Michelangelo Buonarroti, a play by the Croatian playwright Miroslav Krleza, will premiere July 27 in a production by the Croatian National Theatre (HNK), and the Dubrovnik Summer Festival.

The play, directed by the Slovenian director Sebastijan Horvat, will premiere July 27 on the Croatian island of Lokrum, near Dubrovnik.

Miroslav Krleza, often proclaimed the greatest Croatian writer of the 20th century, first published Michelangelo Buonarroti in 1919. The one-act expressionist play deals with Buonarroti painting God’s wrath in the Sistine Chapel. Torn between his desire to realise his great ideas, and the miserable poverty of his day-to-day existence, the painter goes from faith to heresy and back, from prayer, to rejection, and finally, to acceptance of his fate. He hallucinates images of taverns, dances, the inquisition and burnings at the stake. The play centres around the relationship between art and money, and the challenges of a genius whose ideals leave him hopelessly isolated from the world around him.

This is one of the most important projects the Rijeka HNK has had lately, and the first co-production with the Dubrovnik Summer Festival, said the theatre’s artistic director, Marin Blazevic.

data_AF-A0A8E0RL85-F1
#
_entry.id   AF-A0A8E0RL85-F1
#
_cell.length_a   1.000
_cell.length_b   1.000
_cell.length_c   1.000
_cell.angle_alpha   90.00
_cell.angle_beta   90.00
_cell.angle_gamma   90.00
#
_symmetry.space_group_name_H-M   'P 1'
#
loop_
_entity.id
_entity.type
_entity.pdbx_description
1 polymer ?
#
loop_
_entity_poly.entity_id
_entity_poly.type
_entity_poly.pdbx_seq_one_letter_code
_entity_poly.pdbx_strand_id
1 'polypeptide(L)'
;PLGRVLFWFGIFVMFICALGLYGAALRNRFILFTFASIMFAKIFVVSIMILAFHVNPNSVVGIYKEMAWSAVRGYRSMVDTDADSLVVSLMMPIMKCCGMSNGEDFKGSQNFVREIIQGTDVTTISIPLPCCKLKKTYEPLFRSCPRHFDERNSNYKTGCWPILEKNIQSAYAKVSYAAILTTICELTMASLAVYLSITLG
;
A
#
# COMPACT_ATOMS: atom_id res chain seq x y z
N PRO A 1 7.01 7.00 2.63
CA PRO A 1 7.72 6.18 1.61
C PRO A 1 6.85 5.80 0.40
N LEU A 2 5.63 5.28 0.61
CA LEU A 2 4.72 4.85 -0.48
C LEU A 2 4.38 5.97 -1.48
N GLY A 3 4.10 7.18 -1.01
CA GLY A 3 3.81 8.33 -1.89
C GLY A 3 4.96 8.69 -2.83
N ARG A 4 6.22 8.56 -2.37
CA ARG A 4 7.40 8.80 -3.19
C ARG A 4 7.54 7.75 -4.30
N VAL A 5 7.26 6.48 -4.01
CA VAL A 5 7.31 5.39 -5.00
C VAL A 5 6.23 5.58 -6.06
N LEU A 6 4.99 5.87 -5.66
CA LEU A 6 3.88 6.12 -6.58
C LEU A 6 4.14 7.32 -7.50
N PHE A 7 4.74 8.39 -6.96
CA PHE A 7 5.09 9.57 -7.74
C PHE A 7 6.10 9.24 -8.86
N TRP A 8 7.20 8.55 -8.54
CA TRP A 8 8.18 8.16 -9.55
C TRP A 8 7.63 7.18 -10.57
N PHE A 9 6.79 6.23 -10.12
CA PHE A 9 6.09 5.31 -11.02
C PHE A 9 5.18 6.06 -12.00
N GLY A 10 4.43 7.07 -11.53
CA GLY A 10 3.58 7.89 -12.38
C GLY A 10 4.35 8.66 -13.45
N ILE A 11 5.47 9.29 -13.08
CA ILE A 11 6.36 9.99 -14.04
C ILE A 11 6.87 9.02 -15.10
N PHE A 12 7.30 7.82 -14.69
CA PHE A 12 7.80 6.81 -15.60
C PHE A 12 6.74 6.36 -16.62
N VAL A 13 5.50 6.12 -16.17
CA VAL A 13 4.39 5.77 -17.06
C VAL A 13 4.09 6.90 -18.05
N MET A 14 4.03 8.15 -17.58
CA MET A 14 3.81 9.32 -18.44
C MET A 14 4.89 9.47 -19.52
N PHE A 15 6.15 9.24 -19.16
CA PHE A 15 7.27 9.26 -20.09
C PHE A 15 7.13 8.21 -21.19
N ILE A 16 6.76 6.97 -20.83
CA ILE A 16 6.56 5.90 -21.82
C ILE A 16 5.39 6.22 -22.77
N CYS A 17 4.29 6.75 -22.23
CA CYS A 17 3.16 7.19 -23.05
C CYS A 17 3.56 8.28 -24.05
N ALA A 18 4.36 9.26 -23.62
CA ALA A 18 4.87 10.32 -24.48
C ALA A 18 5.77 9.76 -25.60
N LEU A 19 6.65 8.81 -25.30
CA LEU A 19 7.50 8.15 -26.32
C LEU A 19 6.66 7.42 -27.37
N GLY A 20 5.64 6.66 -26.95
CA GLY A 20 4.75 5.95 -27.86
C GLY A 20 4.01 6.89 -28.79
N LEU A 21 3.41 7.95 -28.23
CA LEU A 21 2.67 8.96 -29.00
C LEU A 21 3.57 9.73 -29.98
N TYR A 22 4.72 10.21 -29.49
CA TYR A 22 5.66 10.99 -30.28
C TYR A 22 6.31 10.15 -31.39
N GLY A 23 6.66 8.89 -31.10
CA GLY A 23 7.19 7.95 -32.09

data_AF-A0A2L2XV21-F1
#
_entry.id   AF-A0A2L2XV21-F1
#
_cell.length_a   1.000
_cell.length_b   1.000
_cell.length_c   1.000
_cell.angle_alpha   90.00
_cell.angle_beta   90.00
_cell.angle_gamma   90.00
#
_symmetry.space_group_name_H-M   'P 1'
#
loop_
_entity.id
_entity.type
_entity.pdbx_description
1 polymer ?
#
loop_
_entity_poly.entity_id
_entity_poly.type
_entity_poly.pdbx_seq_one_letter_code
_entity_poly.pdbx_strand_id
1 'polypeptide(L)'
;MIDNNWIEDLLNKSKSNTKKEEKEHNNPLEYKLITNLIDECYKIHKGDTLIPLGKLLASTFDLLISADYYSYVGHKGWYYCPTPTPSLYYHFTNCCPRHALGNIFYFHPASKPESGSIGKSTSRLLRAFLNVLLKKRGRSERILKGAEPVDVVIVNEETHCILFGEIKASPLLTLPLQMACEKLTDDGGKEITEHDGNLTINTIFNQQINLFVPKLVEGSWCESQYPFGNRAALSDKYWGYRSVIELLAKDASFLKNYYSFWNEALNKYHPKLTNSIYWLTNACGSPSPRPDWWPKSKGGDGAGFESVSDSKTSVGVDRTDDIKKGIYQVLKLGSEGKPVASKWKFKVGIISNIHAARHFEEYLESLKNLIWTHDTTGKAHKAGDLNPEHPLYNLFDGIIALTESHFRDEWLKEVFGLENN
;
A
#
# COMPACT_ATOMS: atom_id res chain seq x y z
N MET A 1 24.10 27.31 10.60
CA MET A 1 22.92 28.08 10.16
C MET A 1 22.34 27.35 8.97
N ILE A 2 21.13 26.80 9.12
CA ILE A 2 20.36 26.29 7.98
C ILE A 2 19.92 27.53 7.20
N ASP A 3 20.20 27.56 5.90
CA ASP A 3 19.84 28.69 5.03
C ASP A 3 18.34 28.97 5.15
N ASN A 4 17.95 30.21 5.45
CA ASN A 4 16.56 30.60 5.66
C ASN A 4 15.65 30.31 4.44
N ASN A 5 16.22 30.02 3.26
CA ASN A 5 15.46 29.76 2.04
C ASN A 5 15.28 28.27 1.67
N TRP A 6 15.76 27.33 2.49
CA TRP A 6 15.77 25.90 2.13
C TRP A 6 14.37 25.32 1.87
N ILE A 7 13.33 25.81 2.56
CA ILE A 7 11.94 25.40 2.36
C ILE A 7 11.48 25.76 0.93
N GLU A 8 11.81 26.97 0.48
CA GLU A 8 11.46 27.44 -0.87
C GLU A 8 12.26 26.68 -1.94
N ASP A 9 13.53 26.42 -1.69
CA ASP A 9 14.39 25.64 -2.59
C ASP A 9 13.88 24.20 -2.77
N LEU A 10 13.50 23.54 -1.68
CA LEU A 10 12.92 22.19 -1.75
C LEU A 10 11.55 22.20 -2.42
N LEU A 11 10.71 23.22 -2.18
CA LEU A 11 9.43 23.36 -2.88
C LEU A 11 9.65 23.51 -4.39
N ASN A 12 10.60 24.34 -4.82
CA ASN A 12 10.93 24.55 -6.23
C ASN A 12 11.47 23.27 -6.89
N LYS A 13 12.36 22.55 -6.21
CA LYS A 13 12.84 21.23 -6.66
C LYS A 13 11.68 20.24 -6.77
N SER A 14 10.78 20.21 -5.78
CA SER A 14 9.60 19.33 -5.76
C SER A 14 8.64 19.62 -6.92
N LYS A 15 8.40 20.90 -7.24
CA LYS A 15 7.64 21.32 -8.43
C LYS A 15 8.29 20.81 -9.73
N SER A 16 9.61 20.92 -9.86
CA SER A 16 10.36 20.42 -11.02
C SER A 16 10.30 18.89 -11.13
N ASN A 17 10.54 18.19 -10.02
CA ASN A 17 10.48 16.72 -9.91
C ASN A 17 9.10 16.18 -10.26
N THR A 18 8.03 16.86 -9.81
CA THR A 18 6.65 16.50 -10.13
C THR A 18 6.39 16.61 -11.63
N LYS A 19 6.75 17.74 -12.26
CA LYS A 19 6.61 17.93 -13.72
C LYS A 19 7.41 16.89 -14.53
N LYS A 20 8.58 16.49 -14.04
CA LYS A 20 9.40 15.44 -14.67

The Dubrovnik Summer Festival is an annual theatre festival that began in the 50s. It combines the city's renaissance and baroque architecture with the living spirit of drama, drawing upon the long literary and cultural tradition of the city as one of Croatia's intellectual centres.

The Croatian theatre company, along with Giuseppe Nicodemo of the HNK's Italian company, are taking part in the production, as well as the guest actors Rakan Rushaidat (playing the main character) and Jerko Marcic.

After Brexit is Croexit or Croxit or Croatexit a serious possibility, is the youngest member of the European Union already looking for the exit signs. The third most popular political party in Croatia, Živi Zid (Human Wall), is leading calls for Croatia to rethink its foreign policy and its relationship with the European Union.